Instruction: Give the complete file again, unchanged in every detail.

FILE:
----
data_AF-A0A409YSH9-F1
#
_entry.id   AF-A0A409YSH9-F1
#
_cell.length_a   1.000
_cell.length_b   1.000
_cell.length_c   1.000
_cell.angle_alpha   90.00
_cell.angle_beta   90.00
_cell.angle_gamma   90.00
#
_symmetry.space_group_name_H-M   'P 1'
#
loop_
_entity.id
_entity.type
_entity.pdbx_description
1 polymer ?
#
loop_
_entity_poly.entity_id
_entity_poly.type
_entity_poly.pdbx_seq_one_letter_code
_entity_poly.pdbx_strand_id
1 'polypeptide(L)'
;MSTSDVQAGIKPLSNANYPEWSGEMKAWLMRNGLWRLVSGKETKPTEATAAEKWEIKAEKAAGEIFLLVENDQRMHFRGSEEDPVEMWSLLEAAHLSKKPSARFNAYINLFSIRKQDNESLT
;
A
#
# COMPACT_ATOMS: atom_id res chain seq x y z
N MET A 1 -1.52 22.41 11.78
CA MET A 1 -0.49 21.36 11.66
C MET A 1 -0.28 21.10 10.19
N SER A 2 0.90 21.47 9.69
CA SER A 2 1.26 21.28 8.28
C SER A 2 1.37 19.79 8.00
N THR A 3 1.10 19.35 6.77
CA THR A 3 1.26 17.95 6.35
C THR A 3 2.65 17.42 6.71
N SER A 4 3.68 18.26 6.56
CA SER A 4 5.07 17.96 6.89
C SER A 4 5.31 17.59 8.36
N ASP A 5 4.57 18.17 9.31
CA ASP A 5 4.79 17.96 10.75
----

data_AF-A0A409YSH9-F1
#
_entry.id   AF-A0A409YSH9-F1
#
_cell.length_a   1.000
_cell.length_b   1.000
_cell.length_c   1.000
_cell.angle_alpha   90.00
_cell.angle_beta   90.00
_cell.angle_gamma   90.00
#
_symmetry.space_group_name_H-M   'P 1'
#
loop_
_entity.id
_entity.type
_entity.pdbx_description
1 polymer ?
#
loop_
_entity_poly.entity_id
_entity_poly.type
_entity_poly.pdbx_seq_one_letter_code
_entity_poly.pdbx_strand_id
1 'polypeptide(L)'
;MSTSDVQAGIKPLSNANYPEWSGEMKAWLMRNGLWRLVSGKETKPTEATAAEKWEIKAEKAAGEIFLLVENDQRMHFRGSEEDPVEMWSLLEAAHLSKKPSARFNAYINLFSIRKQDNESLT
;
A
#
# COMPACT_ATOMS: atom_id res chain seq x y z
N MET A 1 -1.52 22.41 11.78
CA MET A 1 -0.49 21.36 11.66
C MET A 1 -0.28 21.10 10.19
N SER A 2 0.90 21.47 9.69
CA SER A 2 1.26 21.28 8.28
C SER A 2 1.37 19.79 8.00
N THR A 3 1.10 19.35 6.77
CA THR A 3 1.26 17.95 6.35
C THR A 3 2.65 17.42 6.71
N SER A 4 3.68 18.26 6.56
CA SER A 4 5.07 17.96 6.89
C SER A 4 5.31 17.59 8.36
N ASP A 5 4.57 18.17 9.31
CA ASP A 5 4.79 17.96 10.75